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Laelia caulescens (crispilabia)
Laelia caulescens is one of the most widespread species of the rupiculous laelias (as the species of Laelia section Parviflorae are popularly known), and is better known as L. crispilabia. Without going through taxonomic lingo, let's just say that this name confirmation is a
result of thorough research performed by me as well as other taxonomists. But if one still wants to call the species
as Laelia crispilabia, everybody will know which species is being talked about.
Now, when I say widespread I mean extremely common in the habitat. The species occur as the millions in the wild,
and as you're going to see in the pictures, it is sometimes impossible to walk on those rocky ledges without stepping
Laelia crispilabia occurs near Belo Horizonte, capital city of Minas Gerais State. This is the south westernmost
distribution center of rupiculous laelias and the region where most of the pink to lavender-flowered species can
be found. Just to say a bit more about this, around Diamantina (some 300 Km NE of Belo Horizonte) we can find the
second distribution center of rupiculous laelias, where we can find most of the yellow-flowered species. That doesn't
mean we can't find species (with any colors) out of these areas, it just means that there we find the concentrations
of different species with these colors.
The plants of Laelia caulescens
are average-sized for the group, but they can vary a lot depending on exposure. In areas where the plants grow
under full sunlight, the plants can barely be 7-8 cm tall, while when growing more protected they can exceed 20
cm. Plants growing under more rigorous conditions usually produce shorter inflorescences with less flowers, but
the individual flowers are quite uniform. These are usually 4-5 cm across, and for the color variations see below.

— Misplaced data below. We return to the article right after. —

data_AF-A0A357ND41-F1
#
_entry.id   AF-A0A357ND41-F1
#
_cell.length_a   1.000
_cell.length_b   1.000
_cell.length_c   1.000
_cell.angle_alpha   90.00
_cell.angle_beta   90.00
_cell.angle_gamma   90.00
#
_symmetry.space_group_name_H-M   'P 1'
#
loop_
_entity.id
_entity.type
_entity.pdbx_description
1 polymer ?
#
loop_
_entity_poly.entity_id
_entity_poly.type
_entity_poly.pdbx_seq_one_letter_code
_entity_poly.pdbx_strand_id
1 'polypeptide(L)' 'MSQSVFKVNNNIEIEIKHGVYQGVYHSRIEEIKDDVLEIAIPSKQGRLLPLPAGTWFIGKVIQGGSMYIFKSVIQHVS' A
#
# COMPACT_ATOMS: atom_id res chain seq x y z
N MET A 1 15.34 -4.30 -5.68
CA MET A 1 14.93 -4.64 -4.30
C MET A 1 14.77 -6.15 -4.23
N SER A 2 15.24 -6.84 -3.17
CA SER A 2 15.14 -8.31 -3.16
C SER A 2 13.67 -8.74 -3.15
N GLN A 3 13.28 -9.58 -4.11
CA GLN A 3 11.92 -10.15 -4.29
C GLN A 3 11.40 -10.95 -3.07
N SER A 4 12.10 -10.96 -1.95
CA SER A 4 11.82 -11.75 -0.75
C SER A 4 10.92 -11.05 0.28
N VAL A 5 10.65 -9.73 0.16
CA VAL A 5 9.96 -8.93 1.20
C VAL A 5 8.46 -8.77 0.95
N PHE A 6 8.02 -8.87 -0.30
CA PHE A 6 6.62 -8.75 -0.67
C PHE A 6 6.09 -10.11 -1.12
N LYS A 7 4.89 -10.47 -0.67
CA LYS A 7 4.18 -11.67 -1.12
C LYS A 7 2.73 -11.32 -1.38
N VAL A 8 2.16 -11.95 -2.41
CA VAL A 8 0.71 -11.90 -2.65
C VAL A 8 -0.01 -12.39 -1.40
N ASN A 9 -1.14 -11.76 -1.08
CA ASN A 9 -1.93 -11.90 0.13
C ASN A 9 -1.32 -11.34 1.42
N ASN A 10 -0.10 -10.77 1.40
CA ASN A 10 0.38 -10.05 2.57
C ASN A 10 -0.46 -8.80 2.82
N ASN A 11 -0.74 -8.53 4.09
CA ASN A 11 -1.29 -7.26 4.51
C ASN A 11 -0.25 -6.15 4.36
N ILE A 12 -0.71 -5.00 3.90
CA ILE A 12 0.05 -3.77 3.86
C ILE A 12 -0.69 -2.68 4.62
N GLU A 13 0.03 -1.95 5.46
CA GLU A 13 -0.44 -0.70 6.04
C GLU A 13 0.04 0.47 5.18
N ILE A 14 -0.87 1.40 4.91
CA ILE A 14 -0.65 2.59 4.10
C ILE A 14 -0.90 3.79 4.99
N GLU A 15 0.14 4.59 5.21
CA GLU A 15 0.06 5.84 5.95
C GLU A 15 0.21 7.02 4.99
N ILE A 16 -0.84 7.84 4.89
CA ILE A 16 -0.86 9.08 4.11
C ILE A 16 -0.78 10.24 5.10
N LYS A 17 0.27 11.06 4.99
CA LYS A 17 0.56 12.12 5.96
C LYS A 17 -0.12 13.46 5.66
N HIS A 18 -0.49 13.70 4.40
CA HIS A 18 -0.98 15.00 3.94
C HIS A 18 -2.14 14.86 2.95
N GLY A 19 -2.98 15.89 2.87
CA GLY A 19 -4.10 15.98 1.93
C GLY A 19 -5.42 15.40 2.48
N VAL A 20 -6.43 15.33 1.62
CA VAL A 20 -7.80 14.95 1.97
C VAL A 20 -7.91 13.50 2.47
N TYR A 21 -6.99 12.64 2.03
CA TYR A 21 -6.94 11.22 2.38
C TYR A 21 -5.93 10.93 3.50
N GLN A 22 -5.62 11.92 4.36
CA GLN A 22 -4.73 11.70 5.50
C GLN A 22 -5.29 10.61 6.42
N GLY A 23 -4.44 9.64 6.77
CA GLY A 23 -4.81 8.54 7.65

Flower number is usually 3-6 per inflorescence.
Distribution Map for Laelia caulescens.
Even being one of the most common and widespread species of rupiculous laelias, it still shows on the map as a
tiny area. Individual species of the group have in most cases very localized occurrence.
||As said, Laelia caulescens
occur in large quantities on the habitat. With these two first pictures, one can see that the vegetation is usually
quite open and the plants grow under intense sunlight and there is also constant breeze. This is a necessity to
keep the plants cooler. In any case, although the leaves and pseudobulbs are exposed to strong light, the roots
and rhizomes are always protected by lichens or some soil that accumulates inside cracks.
On 1, there is a general view of one of these areas where plants are so plentiful. The main
type of rock where these plants grow on is iron ore, something that can be easily observed on 2.
Also on 2, there are some reddish plants and these are Pleurothallis rupestris
(or P. teres, there is not much of a consensus about the name), and these
are also plentiful. Walking on those areas can be quite dangerous, as the iron ore gravel is usually quite loose.
Finally, also on 2, the plants shown are of the regular color form, with lavender
segments and a sometimes darker-fringed lip.
Despite of not much color variation, on 3 we have one of the several alba forms
found. These are always pristine white. Considering how plentiful the plants are, it is really expected to find
that many albas.
On the other hand, on 4 we can see the only one coerulea form
ever found (reports of a second one have yet to be confirmed). These are not very striking- colored flowers as
the tone is quite light, but seeing these flowers live for sure gives a better idea. Also, the flower shapes are
quite good on 3 and 4 (and good
shape here means flat flowers).